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Morbidity During Adult Congenital Heart Surgery Admissions

  • Matan Setton
  • Wei He
  • Oscar J. BenavidezEmail author
Original Article

Abstract

The frequency of complications during Adult Congenital Heart Disease (ACHD) surgery admissions and their association to patient outcome is not well known. Our study objectives are to (1) define the frequency of complications during ACHD surgery admissions, (2) identify their risk factors, and (3) explore their association with death and resource use. We identified ACHD surgery admissions ages 18 to 49 during the years 2005–2009 from the Nationwide Inpatient Sample database. Complications were defined according to the Society of Thoracic Surgeons Short List of Complications for congenital heart surgery. We identified 16,841 ACHD surgery admissions, of which 46.9% had at least one complication. Cardiac (19.4%), respiratory (18.2%), infectious (14.1%), and acute kidney injury (6.8%) were the most common. Admissions with a complication had a longer length of stay (10 days vs. 5 days; p < 0.001), increased charges ($139,522 vs. $84,672; p < 0.001), and higher mortality (4.6% vs. 0.9%; p < 0.001). Adjusted risk factors for complications included non-White race (AOR 1.17, p = 0.003), government insurance AOR 1.39, high surgical complexity RACHS-1 category 3 + AOR 1.81, non-elective admission OR 2.18, chronic kidney disease AOR 2.79, chronic liver disease AOR 2.47, and CHF AOR 1.40; all p < 0.001. Complications were independently associated with death AOR 2.49, p < 0.001. Complications occur frequently during ACHD surgery admissions and are associated with increased resource use and are a risk factor for death. Identification of preventable morbidity may improve the outcomes of these complex patients.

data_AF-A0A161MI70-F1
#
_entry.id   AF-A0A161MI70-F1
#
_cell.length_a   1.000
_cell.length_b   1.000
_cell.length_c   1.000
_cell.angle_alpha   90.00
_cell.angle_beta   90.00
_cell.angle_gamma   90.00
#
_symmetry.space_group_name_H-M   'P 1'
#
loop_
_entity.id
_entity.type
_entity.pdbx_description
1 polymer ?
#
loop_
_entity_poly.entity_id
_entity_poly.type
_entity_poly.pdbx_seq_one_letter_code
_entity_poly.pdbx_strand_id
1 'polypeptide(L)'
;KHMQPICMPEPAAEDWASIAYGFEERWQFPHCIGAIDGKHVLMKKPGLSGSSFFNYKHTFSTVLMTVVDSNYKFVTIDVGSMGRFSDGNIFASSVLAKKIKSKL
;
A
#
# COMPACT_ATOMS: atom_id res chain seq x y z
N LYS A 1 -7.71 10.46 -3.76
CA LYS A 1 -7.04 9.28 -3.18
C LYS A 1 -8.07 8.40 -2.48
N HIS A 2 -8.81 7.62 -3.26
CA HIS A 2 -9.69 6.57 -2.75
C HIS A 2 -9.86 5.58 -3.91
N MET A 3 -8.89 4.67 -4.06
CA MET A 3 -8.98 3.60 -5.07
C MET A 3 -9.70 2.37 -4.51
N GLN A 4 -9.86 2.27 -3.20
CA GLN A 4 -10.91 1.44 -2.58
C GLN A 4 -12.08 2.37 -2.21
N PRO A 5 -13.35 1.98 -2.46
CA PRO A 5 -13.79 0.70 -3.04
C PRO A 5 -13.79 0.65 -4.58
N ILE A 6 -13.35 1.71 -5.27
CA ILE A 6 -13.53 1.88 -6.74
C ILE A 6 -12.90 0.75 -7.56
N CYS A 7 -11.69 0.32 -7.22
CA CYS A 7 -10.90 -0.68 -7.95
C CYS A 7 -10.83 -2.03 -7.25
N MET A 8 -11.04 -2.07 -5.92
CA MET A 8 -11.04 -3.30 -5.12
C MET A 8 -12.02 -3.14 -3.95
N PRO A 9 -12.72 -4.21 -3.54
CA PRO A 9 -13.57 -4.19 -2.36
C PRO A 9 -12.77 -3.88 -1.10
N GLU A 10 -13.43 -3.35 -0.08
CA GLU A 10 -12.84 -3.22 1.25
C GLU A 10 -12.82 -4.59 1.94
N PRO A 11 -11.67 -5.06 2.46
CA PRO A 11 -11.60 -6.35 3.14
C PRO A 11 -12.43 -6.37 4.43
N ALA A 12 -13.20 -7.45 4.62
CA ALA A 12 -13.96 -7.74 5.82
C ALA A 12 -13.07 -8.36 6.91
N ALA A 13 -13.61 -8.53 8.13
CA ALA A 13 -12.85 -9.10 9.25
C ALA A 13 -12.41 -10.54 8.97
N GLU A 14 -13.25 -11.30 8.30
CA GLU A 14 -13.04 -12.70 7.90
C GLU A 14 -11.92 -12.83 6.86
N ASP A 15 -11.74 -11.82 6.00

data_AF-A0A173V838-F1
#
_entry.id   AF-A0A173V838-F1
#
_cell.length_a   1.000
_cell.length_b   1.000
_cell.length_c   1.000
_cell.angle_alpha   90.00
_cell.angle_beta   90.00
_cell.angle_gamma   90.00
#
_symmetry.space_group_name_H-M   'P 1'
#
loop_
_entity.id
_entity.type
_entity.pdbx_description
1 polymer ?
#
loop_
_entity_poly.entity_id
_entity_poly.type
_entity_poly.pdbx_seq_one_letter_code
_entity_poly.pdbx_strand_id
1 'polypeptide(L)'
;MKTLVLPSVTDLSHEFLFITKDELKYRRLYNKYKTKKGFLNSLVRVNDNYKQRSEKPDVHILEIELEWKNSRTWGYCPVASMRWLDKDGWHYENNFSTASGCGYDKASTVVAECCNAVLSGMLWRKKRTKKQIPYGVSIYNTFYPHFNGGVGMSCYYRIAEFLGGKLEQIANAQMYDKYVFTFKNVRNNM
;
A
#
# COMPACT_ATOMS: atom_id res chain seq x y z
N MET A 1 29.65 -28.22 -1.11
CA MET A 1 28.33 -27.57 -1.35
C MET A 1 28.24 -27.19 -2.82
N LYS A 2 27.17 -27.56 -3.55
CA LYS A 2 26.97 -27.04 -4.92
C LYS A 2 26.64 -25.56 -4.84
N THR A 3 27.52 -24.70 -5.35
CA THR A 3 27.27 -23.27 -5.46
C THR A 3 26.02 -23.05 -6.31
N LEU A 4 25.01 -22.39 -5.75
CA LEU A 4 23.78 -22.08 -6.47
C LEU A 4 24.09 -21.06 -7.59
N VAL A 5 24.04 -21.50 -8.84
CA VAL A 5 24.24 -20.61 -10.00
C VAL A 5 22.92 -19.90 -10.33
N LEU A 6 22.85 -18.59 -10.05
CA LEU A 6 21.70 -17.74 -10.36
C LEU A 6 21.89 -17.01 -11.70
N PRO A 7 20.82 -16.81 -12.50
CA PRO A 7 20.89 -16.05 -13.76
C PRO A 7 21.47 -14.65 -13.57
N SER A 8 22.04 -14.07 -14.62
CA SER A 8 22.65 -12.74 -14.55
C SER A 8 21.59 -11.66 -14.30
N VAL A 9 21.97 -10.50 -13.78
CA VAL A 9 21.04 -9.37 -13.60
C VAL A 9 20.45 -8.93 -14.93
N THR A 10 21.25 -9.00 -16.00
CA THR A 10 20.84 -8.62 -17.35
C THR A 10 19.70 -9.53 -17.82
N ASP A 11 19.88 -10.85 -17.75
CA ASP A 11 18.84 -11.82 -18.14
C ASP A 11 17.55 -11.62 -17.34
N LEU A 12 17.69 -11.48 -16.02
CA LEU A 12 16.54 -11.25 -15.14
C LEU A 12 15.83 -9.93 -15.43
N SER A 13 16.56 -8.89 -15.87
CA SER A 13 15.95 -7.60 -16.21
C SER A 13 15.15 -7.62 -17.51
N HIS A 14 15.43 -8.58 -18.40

Keywords

Congenital heart surgery Quality Outcomes Complications 

Notes

Author Contributions

MS: Background data collection, manuscript writing, and developing analytic plan; WH: Biostatistics; OB: Hypothesis development, analytic plan development, and manuscript finalization.

Funding

The authors have no financial relationships relevant to this article to disclose.

Compliance with Ethical Standards

Conflict of interest

The authors have no conflict of interest to declare.

Ethical Approval

This article does not contain any studies with human participants performed by any of the authors.

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Copyright information

© Springer Science+Business Media, LLC, part of Springer Nature 2019

Authors and Affiliations

  1. 1.Division of Pediatric-Congenital Cardiology, Department of PediatricMassGeneral Hospital for Children, Massachusetts General Hospital, Harvard Medical SchoolBostonUSA

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